Law and IT represent very specific and demanding disciplines, which mainly call for a thorough approach. We encounter both areas on a daily basis both in personal and working life. It is the latter that may impose a challenge striving for compliance with legislation along with keeping up with digital technologies. Jan Kuklinca, attorney at Deloitte Legal knows something about that. He focuses on IT law and assists clients in the areas of digital signatures, software licenses or intellectual property protection. In the interview, we asked him what the work in such a specific legal field was like.
Thank you for coming today, Jan. So, tell me a little bit about your background.
Guitar? Were you any good?
I thought so at the time, but my friends disagreed.
Well, I did complete classical guitar school, but I didn’t ever join a professional band.
And how did playing the guitar connect to your current profession?
Basically, playing the guitar is all about making music, and music, of course, revolves around copyright protection. So, when I was studying towards my law degree at Charles University I wanted to go into the nuances of intellectual property law. Issues such as, when I, for example, take a part of another person’s song, or gain some inspiration from that, when is this new work still considered to be my own, rather than simply stolen?
Yes, I understand that there are some intricacies in this when you look deeper.
Indeed, and then the pace of technological change has accelerated. 10-15 years ago, copyright law was more about music and literary works protection, while nowadays it is much more about protection and licensing of software.
OK, I see, and what brought you specifically to joining Deloitte Legal as a member of our Digital Team?
I’m happy to say that I’ve been with Deloitte Legal now for just over three years. I was fortunate enough to be given the opportunity to develop the IP/IT practice…
And, with some success it seems.
Well, I hope so. We’ve done some great things.
We supported one of the largest manufacturing employers in the Czech Republic, in switching from their traditional production business to the business driven by use and sale of digital services provided through those products.
What does that mean exactly?
Well, rather than have a business model where the revenue comes from the one-off sale of a product, it is now possible to have a business model where higher revenues will be through the sale of associated digital products over the lifetime of the use of the physical product itself.
That’s quite a different model, isn’t it?
Yes, and as you can imagine this does bring a lot of legal challenges.
What kind of issues could manufacturers encounter in switching their business models in this way?
It is critical to switch your mind-set, and to view your business much like an IT company.
How do you mean?
Well, suddenly you need to start thinking in terms of Agile Development, software IT support, data monetization, virtual reality, digital sales channels, and so on.
So, there is whole range of new issues to take into consideration, and, I suppose, plenty of new mistakes that can be made, potentially disrupting business operations, even?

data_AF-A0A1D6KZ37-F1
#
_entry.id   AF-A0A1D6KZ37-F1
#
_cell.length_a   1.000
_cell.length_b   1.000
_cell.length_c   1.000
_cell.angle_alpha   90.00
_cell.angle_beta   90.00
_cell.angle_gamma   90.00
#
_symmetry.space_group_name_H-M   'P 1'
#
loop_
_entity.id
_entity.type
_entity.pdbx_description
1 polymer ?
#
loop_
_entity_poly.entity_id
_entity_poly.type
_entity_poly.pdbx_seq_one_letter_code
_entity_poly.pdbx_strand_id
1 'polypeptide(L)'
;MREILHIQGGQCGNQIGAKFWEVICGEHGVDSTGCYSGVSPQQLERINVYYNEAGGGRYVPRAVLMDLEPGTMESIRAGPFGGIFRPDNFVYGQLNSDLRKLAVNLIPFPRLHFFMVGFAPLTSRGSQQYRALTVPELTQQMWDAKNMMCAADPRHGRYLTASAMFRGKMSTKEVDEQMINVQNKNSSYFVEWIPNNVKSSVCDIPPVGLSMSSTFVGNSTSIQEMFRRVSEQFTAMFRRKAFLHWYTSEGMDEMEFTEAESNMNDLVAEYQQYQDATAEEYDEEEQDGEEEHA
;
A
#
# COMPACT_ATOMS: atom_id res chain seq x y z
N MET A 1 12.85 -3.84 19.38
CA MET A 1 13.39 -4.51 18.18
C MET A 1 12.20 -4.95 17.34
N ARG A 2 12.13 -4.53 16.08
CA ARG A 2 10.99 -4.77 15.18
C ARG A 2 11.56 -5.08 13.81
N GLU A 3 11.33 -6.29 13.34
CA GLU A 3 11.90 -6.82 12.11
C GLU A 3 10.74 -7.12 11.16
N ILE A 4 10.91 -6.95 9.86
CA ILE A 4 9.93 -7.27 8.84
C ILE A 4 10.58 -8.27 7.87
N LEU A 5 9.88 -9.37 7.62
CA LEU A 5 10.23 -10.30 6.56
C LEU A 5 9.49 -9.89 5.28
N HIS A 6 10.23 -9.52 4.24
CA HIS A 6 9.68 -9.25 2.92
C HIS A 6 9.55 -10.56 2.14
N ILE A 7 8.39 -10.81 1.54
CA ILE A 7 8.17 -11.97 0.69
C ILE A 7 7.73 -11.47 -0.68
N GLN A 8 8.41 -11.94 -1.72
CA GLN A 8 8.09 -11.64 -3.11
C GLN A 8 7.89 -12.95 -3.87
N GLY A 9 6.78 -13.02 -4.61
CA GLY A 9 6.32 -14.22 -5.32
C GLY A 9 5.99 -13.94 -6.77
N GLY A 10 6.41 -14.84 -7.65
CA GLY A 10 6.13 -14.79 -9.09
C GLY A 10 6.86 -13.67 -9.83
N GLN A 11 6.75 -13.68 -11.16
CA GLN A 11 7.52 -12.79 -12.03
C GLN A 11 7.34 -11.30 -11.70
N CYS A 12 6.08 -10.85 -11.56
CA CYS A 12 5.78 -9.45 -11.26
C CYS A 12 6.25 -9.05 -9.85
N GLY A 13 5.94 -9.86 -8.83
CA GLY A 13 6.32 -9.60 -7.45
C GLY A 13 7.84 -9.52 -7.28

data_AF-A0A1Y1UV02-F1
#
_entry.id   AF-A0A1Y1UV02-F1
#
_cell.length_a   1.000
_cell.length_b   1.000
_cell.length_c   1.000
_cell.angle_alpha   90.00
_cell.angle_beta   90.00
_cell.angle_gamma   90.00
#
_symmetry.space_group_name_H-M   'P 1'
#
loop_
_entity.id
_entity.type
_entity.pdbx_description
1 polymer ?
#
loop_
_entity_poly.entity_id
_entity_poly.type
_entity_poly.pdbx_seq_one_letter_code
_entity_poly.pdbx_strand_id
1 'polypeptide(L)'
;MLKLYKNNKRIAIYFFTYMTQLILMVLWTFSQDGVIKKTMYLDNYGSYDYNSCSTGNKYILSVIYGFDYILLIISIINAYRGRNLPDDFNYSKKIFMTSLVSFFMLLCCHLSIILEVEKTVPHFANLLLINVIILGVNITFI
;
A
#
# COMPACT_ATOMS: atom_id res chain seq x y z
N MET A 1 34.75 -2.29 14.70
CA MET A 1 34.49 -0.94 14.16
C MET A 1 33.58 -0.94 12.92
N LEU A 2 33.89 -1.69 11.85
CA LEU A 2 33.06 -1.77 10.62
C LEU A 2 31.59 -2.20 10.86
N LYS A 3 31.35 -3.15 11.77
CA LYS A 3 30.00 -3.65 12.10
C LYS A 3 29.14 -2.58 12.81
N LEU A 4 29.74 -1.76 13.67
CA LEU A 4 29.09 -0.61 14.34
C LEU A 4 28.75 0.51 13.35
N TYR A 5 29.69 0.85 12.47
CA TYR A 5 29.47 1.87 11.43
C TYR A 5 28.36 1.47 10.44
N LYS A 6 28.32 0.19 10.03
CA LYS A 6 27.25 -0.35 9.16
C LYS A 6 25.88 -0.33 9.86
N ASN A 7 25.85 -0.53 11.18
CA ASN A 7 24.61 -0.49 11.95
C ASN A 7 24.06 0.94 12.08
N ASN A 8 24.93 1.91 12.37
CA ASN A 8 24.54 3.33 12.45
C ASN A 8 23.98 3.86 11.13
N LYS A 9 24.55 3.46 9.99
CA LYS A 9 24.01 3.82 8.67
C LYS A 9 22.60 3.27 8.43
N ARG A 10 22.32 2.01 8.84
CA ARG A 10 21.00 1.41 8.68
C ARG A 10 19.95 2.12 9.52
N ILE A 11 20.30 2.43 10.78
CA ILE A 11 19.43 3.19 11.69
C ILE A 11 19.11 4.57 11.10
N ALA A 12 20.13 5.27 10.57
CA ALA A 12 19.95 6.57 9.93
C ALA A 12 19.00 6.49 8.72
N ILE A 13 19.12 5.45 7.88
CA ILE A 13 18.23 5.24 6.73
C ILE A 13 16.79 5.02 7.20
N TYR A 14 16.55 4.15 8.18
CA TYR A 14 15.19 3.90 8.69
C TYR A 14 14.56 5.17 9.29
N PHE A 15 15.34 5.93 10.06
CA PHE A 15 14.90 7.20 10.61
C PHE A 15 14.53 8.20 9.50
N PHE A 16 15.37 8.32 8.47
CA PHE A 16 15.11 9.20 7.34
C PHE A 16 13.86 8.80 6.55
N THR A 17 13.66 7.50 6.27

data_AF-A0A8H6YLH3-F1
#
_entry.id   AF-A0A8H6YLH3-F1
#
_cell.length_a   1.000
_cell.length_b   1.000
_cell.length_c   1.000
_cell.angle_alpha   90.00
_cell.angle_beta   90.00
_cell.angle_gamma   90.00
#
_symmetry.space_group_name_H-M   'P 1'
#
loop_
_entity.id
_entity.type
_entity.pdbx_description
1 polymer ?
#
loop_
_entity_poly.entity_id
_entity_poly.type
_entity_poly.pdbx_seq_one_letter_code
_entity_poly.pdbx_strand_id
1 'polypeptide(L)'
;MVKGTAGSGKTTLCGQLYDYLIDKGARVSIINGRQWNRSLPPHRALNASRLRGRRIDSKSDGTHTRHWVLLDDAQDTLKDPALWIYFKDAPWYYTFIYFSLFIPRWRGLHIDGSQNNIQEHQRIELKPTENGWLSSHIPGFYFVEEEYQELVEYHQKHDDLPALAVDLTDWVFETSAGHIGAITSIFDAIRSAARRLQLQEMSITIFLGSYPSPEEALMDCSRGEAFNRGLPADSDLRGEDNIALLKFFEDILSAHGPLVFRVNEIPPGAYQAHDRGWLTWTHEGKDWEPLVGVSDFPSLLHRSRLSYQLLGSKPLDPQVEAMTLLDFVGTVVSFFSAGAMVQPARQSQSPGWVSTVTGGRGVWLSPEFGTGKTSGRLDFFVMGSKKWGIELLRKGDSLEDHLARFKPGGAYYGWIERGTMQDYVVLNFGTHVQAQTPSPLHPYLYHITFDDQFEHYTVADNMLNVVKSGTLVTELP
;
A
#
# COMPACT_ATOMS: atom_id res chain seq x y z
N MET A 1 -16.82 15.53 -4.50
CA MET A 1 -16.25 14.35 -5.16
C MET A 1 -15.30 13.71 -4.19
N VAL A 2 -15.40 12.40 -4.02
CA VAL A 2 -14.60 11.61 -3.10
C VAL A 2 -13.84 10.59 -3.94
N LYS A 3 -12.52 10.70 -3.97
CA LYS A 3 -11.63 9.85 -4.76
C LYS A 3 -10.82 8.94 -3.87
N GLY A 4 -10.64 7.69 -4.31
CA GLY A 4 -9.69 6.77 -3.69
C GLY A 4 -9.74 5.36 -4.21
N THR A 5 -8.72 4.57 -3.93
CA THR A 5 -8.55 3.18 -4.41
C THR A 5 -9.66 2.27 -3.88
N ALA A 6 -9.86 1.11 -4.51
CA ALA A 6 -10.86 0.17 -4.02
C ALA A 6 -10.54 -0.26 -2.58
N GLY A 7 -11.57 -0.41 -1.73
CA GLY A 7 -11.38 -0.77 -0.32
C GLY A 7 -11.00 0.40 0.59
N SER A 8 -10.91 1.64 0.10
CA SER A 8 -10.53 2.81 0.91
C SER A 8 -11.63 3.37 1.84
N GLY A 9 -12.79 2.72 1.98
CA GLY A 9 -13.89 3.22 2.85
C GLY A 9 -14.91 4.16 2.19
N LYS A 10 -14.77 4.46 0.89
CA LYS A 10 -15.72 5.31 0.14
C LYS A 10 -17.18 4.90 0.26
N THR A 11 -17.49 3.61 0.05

Yes, that’s right. This is especially true for the data part. It is imperative to address privacy issues at the earliest stages of commencing a project. A lot of companies have not grasped the importance of designing their digital products in such a way so that they properly protect the personal data of their customers from the very start, and then don’t have to later spend a ton of money in fixing privacy issues which become apparent later.
That means, I think, that the Digital Team don’t only explain the law to their clients, about copyright and such like, but you also assist the clients with insight into how to design their products.
Yes, for instance, clients very often approach us with a request to draft a bullet-proof software licensing agreement, and while we always do our best, we also make sure to consult additional protective measures which are not only legal but also technical. A client might neglect the importance of in-built software protection, be it a license key, or a digital signature on the software, or the ability to perform a licensing audit. Sometimes it is even better to switch to different types of software distribution.
OK, good. So, in conclusion, do you have any last words that you would like to share with our audience?
As you can see there are hidden pitfalls along the way to moving a company towards digitization, and keeping it on track. At Deloitte Legal, we are lucky to have such a wonderful team of smart Digital Law colleagues, passionate about what they do, and with real hands-on experience across various industries. Our team is large, with eight lawyers, and hence each of the colleagues is able to focus on some specific niche areas of Digital expertise: Artificial Intelligence, Information & Communication Technology, Virtual Reality, Personal Data Privacy, E-Commerce, Electronic Identity & Electronic Signatures, Software Contracts, or E-Sports etc.
Wow, it certainly sounds like whatever Digital Law issues the client has, the team will be able to help them.
And I can add that they manage to explain complex IT issues in Plain English, which I find quite useful since I’m not an IT person at all!
Yes, we do our best to make things clear for non-specialists. Otherwise combining law and IT could create quite a barrier for most clients to understand what was being said!
OK, that sounds good. Thank you for your time, Jan!